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SC20 Wrap-up: From the Gordon Bell Prize to Machine Learning, Quantum Computing, and More

November 23, 2020

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As they have for nearly three decades, Berkeley Lab Computing Sciences Area staff from the Computational Research Division, ESnet, and NERSC shared their expertise with the global HPC community at SC20 – albeit this year in virtual mode. From tutorials and workshops to papers, posters, panels, and more, it was a busy couple of weeks for all involved.

Here are a few highlights:

Gordon Bell Prize

CRD researchers were part of the team that won the 2020 ACM Gordon Bell Prize for DeePMD-kit, a new machine-learning-based software package that uses neural networks to enhance molecular dynamics modeling. They demonstrated what can be achieved by integrating physics-based modeling and simulation, machine learning, and efficient implementation on a next-generation computational platform.

In addition, researchers from CRD and NERSC were lead authors on a paper that was a finalist for this year’s Gordon Bell Prize. The team demonstrated how advancements to the BerkeleyGW materials science code enables large-scale, excited-state calculations to run in just minutes on HPC systems.

Best Paper Award

“The Performance and Energy Efficiency Potential of FPGAs in Scientific Computing” won the best paper award at the 11th IEEE International Workshop on Performance Modeling, Benchmarking and Simulation of High Performance Computer Systems, held in conjunction with SC20. Authors: Tan Nguyen (CRD), Samuel Williams (CRD), Marco Siracusa, Colin MacLean (NERSC), Douglas Doerfler (NERSC), Nicholas Wright (NERSC)

Best Presentation Award

Researchers from Berkeley Lab’s Advanced Light Source, the CAMERA division, and NERSC won the Best Presentation Award at the XLOOP workshop, held in conjunction with SC20, for “Interactive Parallel Workflows for Synchrotron Tomography.” Authors: Dula Parkinson (ALS), Harinarayan Krishnan (CRD), Daniela Ushizima (CRD), Matthew Henderson (CRD), Shreyas Cholia (NERSC)

Best Research Poster Finalist

While interning at NERSC this year, University of Arizona Ph.D. Student Kevin Luna used deep learning to accelerate traditional PDE-based simulations in real time. This work earned him a spot as a finalist in the Best Research Poster competition at SC20.

Best Student Paper Finalist

A paper describing MeshfreeFlowNet — an open-source, physics-constrained, deep-learning approach for enhancing the spatial and temporal resolution of scientific data — was a finalist for the Best Student Paper Award at SC20. The lead author, Max Jiang of UC Berkeley, has been affiliated with NERSC since 2018.

1st International Workshop on Quantum Computing Software

This first-of-its-kind SC20 event explored the innovative software that is needed to make quantum computing practical and accessible. Learn more about the workshop in this Q&A with CRD’s Bert de Jong, who was on the program committee.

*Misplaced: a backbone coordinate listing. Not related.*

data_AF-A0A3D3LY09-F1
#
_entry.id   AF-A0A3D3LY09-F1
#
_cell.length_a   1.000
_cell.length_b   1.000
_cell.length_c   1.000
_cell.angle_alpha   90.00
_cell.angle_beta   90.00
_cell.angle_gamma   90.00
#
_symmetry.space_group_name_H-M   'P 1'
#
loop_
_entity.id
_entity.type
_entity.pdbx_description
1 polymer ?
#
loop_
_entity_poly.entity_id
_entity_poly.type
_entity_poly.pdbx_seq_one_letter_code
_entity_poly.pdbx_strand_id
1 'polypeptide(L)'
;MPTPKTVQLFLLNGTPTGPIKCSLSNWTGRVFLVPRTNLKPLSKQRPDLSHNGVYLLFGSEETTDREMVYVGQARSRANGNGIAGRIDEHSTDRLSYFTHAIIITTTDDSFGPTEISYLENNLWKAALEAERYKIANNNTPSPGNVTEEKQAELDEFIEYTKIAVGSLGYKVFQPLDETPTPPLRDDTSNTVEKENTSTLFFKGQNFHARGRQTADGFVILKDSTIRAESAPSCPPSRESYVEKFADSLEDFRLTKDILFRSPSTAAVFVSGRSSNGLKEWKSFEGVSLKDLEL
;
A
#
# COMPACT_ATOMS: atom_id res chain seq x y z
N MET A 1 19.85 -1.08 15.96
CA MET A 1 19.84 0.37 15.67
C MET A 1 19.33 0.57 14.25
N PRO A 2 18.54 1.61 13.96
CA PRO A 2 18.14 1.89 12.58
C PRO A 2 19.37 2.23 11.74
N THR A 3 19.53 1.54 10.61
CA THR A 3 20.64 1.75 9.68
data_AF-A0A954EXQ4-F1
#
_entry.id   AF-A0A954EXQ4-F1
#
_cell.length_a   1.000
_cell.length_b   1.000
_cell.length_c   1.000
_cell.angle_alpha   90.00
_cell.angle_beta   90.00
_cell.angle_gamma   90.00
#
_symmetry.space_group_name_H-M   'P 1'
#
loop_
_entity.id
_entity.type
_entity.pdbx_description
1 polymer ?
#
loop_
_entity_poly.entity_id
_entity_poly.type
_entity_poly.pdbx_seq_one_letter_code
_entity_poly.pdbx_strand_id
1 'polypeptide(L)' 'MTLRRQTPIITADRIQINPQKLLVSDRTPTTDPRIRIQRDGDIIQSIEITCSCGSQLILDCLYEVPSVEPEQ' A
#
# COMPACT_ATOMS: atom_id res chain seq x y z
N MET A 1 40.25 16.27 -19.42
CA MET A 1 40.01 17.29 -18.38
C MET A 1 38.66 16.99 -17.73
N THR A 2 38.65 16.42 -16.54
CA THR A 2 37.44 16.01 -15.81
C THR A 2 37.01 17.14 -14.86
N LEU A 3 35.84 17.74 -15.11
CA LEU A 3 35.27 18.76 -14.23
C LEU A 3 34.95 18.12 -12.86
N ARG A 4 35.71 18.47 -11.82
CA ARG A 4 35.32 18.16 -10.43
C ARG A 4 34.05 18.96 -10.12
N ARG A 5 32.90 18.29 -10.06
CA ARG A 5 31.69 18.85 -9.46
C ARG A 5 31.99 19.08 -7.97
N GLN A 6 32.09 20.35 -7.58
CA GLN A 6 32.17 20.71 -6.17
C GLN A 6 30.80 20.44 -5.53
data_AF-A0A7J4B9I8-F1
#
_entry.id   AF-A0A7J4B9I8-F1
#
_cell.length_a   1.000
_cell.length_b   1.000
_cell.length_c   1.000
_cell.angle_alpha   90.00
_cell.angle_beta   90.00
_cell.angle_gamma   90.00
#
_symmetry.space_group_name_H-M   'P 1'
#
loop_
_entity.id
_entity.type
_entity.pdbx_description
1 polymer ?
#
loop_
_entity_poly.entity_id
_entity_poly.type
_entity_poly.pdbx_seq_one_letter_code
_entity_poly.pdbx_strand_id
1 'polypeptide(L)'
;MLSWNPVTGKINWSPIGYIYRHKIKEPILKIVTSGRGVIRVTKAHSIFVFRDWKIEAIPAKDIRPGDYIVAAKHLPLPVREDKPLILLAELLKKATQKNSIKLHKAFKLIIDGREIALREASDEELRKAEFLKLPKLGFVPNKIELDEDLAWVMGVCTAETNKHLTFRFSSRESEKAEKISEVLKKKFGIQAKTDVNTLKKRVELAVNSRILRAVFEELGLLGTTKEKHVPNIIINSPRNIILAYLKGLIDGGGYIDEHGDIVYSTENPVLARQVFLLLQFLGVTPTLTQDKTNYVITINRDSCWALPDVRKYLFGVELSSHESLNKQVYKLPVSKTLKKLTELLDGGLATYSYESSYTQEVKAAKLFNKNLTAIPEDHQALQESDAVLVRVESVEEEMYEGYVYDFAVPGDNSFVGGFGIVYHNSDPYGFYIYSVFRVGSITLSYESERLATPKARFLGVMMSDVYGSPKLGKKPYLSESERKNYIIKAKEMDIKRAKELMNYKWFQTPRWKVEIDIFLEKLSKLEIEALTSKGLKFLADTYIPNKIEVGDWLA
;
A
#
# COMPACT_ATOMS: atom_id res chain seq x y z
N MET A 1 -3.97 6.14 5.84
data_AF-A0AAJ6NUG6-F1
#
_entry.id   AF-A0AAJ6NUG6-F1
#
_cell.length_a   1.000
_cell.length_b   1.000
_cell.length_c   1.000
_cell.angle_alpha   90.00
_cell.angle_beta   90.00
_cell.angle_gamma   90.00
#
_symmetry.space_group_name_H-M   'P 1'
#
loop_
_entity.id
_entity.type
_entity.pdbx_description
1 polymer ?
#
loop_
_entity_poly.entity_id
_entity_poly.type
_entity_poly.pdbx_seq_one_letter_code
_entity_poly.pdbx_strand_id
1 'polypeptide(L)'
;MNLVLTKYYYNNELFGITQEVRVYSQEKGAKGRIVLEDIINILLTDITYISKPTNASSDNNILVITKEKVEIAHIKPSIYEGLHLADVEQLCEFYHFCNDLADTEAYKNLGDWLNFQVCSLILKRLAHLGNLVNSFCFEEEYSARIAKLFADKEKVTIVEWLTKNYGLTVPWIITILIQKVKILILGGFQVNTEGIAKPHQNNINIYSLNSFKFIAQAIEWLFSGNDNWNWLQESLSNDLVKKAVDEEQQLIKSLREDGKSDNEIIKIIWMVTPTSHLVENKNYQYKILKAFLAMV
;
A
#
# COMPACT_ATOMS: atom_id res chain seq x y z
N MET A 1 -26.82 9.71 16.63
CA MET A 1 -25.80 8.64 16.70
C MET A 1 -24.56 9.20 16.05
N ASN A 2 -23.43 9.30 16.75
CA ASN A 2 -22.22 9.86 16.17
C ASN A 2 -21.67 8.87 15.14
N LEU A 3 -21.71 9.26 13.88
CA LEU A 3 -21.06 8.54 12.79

Deep Learning Improves High-Performance Networking

ESnet’s Mariam Kiran gave a lightning talk at SC20 on DAPHNE (Deep Learning and Artificial Intelligence for High-Performance Networks), a project she leads that is developing next-generation software tools to help scientists better predict the best time and date to schedule large-scale data transfers across ESnet.

Beyond Moore’s Law: Disaggregated Architectures

CRD’s John Shalf was part of a panel discussion on emerging high performance computing platforms at a webinar on “Disaggregated System Architectures for Next Generation HPC and AI Workloads,” held during SC20.

About Computing Sciences at Berkeley Lab

The Computing Sciences Area at Lawrence Berkeley National Laboratory provides the computing and networking resources and expertise critical to advancing Department of Energy Office of Science research missions: developing new energy sources, improving energy efficiency, developing new materials, and increasing our understanding of ourselves, our world, and our universe.

Founded in 1931 on the belief that the biggest scientific challenges are best addressed by teams, Lawrence Berkeley National Laboratory and its scientists have been recognized with 13 Nobel Prizes. Today, Berkeley Lab researchers develop sustainable energy and environmental solutions, create useful new materials, advance the frontiers of computing, and probe the mysteries of life, matter, and the universe. Scientists from around the world rely on the Lab’s facilities for their own discovery science. Berkeley Lab is a multiprogram national laboratory, managed by the University of California for the U.S. Department of Energy’s Office of Science.

DOE’s Office of Science is the single largest supporter of basic research in the physical sciences in the United States, and is working to address some of the most pressing challenges of our time. For more information, please visit energy.gov/science.